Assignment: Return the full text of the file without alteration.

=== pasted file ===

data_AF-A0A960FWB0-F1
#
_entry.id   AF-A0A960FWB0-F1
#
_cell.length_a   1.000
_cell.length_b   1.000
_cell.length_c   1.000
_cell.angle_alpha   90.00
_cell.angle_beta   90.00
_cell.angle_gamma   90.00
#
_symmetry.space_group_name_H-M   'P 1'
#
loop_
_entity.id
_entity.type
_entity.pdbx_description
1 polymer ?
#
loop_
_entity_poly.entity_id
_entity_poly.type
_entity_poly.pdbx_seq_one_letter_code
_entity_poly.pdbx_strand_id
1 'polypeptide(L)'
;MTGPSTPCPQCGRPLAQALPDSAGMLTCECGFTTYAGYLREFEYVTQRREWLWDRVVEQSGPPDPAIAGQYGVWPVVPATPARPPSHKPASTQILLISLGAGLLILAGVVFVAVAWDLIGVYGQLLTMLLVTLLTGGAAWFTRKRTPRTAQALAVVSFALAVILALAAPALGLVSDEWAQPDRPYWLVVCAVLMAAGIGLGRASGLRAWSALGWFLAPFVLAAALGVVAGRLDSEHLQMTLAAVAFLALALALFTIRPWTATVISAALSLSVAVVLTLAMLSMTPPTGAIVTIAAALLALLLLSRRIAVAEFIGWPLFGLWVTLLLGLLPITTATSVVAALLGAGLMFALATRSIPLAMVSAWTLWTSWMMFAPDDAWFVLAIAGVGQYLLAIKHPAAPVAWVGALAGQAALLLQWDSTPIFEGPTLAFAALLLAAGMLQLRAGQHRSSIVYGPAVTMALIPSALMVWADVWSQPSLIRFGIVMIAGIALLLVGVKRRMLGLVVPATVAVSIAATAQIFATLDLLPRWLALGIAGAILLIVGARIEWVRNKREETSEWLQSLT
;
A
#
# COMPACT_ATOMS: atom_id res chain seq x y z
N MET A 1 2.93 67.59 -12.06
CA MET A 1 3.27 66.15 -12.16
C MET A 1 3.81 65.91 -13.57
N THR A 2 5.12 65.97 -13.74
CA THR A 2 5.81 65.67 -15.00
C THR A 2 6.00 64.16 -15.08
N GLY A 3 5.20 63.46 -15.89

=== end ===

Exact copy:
data_AF-A0A960FWB0-F1
#
_entry.id   AF-A0A960FWB0-F1
#
_cell.length_a   1.000
_cell.length_b   1.000
_cell.length_c   1.000
_cell.angle_alpha   90.00
_cell.angle_beta   90.00
_cell.angle_gamma   90.00
#
_symmetry.space_group_name_H-M   'P 1'
#
loop_
_entity.id
_entity.type
_entity.pdbx_description
1 polymer ?
#
loop_
_entity_poly.entity_id
_entity_poly.type
_entity_poly.pdbx_seq_one_letter_code
_entity_poly.pdbx_strand_id
1 'polypeptide(L)'
;MTGPSTPCPQCGRPLAQALPDSAGMLTCECGFTTYAGYLREFEYVTQRREWLWDRVVEQSGPPDPAIAGQYGVWPVVPATPARPPSHKPASTQILLISLGAGLLILAGVVFVAVAWDLIGVYGQLLTMLLVTLLTGGAAWFTRKRTPRTAQALAVVSFALAVILALAAPALGLVSDEWAQPDRPYWLVVCAVLMAAGIGLGRASGLRAWSALGWFLAPFVLAAALGVVAGRLDSEHLQMTLAAVAFLALALALFTIRPWTATVISAALSLSVAVVLTLAMLSMTPPTGAIVTIAAALLALLLLSRRIAVAEFIGWPLFGLWVTLLLGLLPITTATSVVAALLGAGLMFALATRSIPLAMVSAWTLWTSWMMFAPDDAWFVLAIAGVGQYLLAIKHPAAPVAWVGALAGQAALLLQWDSTPIFEGPTLAFAALLLAAGMLQLRAGQHRSSIVYGPAVTMALIPSALMVWADVWSQPSLIRFGIVMIAGIALLLVGVKRRMLGLVVPATVAVSIAATAQIFATLDLLPRWLALGIAGAILLIVGARIEWVRNKREETSEWLQSLT
;
A
#
# COMPACT_ATOMS: atom_id res chain seq x y z
N MET A 1 2.93 67.59 -12.06
CA MET A 1 3.27 66.15 -12.16
C MET A 1 3.81 65.91 -13.57
N THR A 2 5.12 65.97 -13.74
CA THR A 2 5.81 65.67 -15.00
C THR A 2 6.00 64.16 -15.08
N GLY A 3 5.20 63.46 -15.89